Assault of Paul Pelosi was ‘not a random act,’ police chief says

(NewsNation) — Paul Pelosi, the husband of House Speaker Nancy Pelosi (D-Calif.), was “violently assaulted” by an assailant with a hammer in an early morning attack Friday at their San Francisco home, according to authorities.

San Francisco Police Chief William Scott said the attack was intentional, but could not disclose the motive as he provided more updates Friday night.

“Everybody should be disgusted about what happened this morning,” Scott said as he choked back tears Friday night.

Scott said he was not ready to say how many times Pelosi was hit, only that it was “at least one time.”

In an earlier news conference, Scott said police were dispatched to the Pelosi residence at approximately 2:27 a.m. regarding a well-being check.

“When the officers arrived on scene, they encountered an adult male and Mrs. Pelosi’s husband, Paul,” Scott said. “Our officers observed Mr. Pelosi and the suspect both holding a hammer. The suspect pulled the hammer away from Mr. Pelosi and violently assaulted him with it.”

Later, Scott clarified the officers told both men to drop the hammer before the suspect, David DePape, grabbed it from Pelosi.

Scott said officers immediately tackled the suspect, disarmed him, took him into custody, requested emergency backup and rendered medical aid.

Drew Hammill, a spokesperson for the Speaker, said in a statement the assailant broke into their San Francisco residence. Friday night, Scott confirmed police believe DePape broke into a rear door.

According to an Associated Press source briefed on the situation, the intruder specifically targeted the home and confronted Paul Pelosi shouting, “Where is Nancy, where is Nancy?”

Nancy Pelosi was not home at the time of the attack.

“Mr. DePape will be booked at the San Francisco County jail on the following charges. Attempted homicide assault with a deadly weapon, elder abuse, burglary and several other additional felonies,” Scott said.

Paul Pelosi, 82, was hospitalized following the attack, suffering a skull fracture and blunt force injuries, according to a statement from Hammill.

“Mr. Pelosi was admitted to Zuckerberg San Francisco General Hospital where he underwent successful surgery to repair a skull fracture and serious injuries to his right arm and hands,” the statement reads. “His doctors expect a full recovery.”

He was also being treated by doctors for bruising, severe swelling and other injuries.

“The Speaker and her family are grateful to the first responders and medical professionals involved, and request privacy at this time,” Hammill said.

The attack raised questions about security at the Pelosi home, but Scott said the U.S. Capitol Police are in charge of her safety and his department had no control over their deployment.

The San Francisco police Dept., the FBI, the U.S. Attorney’s Office, the U.S. Capitol Police and the San Francisco District Attorney are collaborating on the investigation.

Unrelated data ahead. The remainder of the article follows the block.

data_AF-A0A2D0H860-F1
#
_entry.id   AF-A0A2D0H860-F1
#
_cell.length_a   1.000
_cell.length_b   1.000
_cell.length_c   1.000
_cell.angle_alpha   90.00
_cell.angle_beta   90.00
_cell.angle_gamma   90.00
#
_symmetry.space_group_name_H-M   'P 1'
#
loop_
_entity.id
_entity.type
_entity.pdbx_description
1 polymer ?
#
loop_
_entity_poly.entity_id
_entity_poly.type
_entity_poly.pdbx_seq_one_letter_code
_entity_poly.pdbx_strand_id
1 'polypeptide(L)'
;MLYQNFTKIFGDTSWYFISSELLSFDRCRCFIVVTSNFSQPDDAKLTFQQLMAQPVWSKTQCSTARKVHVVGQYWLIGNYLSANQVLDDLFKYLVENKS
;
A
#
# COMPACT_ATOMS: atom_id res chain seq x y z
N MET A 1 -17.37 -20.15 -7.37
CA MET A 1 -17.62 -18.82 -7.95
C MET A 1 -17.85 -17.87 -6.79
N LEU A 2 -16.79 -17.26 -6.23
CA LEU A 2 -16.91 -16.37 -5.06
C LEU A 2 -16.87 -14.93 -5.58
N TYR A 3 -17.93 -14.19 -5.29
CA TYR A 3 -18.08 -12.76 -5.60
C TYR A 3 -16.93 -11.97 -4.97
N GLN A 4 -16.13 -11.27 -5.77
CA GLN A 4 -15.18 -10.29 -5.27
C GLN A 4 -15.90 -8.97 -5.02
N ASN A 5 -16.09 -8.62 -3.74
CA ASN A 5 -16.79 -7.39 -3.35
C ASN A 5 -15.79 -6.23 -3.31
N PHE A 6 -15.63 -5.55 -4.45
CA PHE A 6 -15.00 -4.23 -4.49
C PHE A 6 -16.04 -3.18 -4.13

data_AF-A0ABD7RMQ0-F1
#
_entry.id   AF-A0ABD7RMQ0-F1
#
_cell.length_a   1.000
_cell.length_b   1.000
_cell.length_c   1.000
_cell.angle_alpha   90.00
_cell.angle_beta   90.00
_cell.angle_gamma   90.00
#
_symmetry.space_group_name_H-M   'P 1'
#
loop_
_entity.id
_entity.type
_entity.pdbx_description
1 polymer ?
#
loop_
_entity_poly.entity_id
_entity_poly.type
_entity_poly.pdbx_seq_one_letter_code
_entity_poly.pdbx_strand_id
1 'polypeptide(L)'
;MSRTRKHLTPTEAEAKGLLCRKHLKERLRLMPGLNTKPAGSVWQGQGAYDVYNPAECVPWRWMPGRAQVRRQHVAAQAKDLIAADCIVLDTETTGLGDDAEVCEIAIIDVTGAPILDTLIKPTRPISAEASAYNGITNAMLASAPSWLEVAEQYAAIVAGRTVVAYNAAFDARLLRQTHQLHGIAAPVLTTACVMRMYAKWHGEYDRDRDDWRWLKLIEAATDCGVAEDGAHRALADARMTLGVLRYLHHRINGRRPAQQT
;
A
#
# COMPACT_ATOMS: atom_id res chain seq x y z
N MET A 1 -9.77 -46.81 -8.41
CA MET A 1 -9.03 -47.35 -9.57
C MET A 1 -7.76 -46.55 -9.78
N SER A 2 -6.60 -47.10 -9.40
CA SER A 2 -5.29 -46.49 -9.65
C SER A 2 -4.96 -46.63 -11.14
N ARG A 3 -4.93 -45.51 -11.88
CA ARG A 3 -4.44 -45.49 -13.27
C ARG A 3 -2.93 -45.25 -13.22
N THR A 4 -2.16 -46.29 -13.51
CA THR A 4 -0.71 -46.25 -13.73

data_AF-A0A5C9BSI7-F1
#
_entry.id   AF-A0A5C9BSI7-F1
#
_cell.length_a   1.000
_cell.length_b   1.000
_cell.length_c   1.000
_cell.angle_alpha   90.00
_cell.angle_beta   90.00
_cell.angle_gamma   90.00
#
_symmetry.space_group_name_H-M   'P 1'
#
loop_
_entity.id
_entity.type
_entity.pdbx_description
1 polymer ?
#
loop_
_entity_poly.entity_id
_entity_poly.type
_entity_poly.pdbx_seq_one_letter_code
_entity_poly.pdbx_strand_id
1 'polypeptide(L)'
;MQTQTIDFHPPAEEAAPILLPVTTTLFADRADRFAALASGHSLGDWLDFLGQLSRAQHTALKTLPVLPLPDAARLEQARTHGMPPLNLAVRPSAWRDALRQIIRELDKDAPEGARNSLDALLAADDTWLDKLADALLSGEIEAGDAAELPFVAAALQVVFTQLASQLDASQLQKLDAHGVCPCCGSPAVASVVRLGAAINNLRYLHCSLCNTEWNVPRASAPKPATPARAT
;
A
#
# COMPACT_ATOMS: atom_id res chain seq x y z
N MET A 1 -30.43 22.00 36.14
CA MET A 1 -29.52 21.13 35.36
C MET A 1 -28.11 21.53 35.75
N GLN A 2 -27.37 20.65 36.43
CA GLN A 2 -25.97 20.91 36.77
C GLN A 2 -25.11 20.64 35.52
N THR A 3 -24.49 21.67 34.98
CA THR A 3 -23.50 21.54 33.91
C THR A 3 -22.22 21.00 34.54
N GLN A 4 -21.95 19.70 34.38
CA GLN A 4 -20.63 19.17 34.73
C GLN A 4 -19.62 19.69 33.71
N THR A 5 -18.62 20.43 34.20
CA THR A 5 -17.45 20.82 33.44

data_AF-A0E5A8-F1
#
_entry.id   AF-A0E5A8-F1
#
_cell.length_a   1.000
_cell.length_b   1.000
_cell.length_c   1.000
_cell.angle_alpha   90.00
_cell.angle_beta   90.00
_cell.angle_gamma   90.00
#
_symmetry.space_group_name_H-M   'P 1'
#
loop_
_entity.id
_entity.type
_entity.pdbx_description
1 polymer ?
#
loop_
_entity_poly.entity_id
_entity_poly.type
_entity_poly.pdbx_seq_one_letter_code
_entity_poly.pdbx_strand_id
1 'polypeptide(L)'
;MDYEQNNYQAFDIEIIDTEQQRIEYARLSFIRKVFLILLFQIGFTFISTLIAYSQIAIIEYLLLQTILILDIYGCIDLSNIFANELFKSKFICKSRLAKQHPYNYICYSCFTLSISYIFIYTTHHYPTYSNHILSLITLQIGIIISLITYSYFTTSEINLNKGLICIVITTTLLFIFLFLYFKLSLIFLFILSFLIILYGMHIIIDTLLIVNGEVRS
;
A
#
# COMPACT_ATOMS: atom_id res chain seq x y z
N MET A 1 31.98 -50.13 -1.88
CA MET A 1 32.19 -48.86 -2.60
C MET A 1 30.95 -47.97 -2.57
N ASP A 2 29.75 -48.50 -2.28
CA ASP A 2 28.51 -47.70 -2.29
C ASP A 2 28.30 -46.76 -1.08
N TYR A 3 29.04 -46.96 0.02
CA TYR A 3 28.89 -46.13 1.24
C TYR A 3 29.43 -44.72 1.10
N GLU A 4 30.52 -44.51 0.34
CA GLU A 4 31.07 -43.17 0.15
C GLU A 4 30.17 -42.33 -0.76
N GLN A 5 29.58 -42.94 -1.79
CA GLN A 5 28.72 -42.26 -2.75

“I do want to commend the San Francisco Police Department for their immediate response to this home and for swiftly making sure that Mr. Pelosi was okay. And that the suspect was apprehended,” San Francisco District Attorney Brooke Jenkins said.

While the circumstances of the attack are unclear, the incident raises additional questions about the safety of members of Congress and their families as threats to lawmakers are at an all-time high almost two years after the violent Capitol insurrection.

Members of Congress have received additional money for security at their homes, but some have pushed for more protection as people have shown up at their homes and as members have received an increasing amount of threatening communications.

“This heinous assault is yet another example of the dangerous consequences of the divisive and hateful rhetoric that is putting lives at risk and undermining our very democracy and Democratic institutions,” California Governor Gavin Newsom said in a statement following the attack. “Those who are using their platforms to incite violence must be held to account.”

Rep. Lee Zelden (R-N.Y.) was attacked by a man at a campaign event in New York during his gubernatorial race.

Over the summer, a man armed with a pistol was arrested near Rep. Pramila Jayapal’s (D-Wash.) Seattle home after yelling threats at the congresswoman, who was home with her husband at the time.

In 2021, Capitol Police investigated around 9,600 threats made against members of Congress, and members have been violently attacked in recent years. Former Rep. Gabrielle Giffords, D-Ariz., was shot in the head at an event outside a Tucson grocery store in 2011, and Rep. Steve Scalise, R-La., was severely injured when a gunman opened fire on a Republican congressional baseball team practice in 2017.

Capitol Police, tasked with protecting congressional leaders, said Nancy Pelosi was with her protective detail in Washington at the time her husband was attacked. She’d just returned this week from a security conference in Europe and is due to keynote an advocacy event Saturday evening with Vice President Kamala Harris.

Often at Pelosi’s side during formal events in Washington, Paul Pelosi is a wealthy investor who largely remains on the West Coast. They have five adult children and many grandchildren.

Paul Pelosi was convicted of a misdemeanor charge of driving under the influence related to a May crash in California’s wine country and was sentenced to five days in jail and three years of probation.

In the Friday evening news conference, Scott said politicians should be able to work without fearing for their lives.

“Their families don’t sign up for this,” he said.

  • Paul Pelosi

This story is developing. Refresh for updates.

The Hill, the Associated Press and Reuters contributed to this report.


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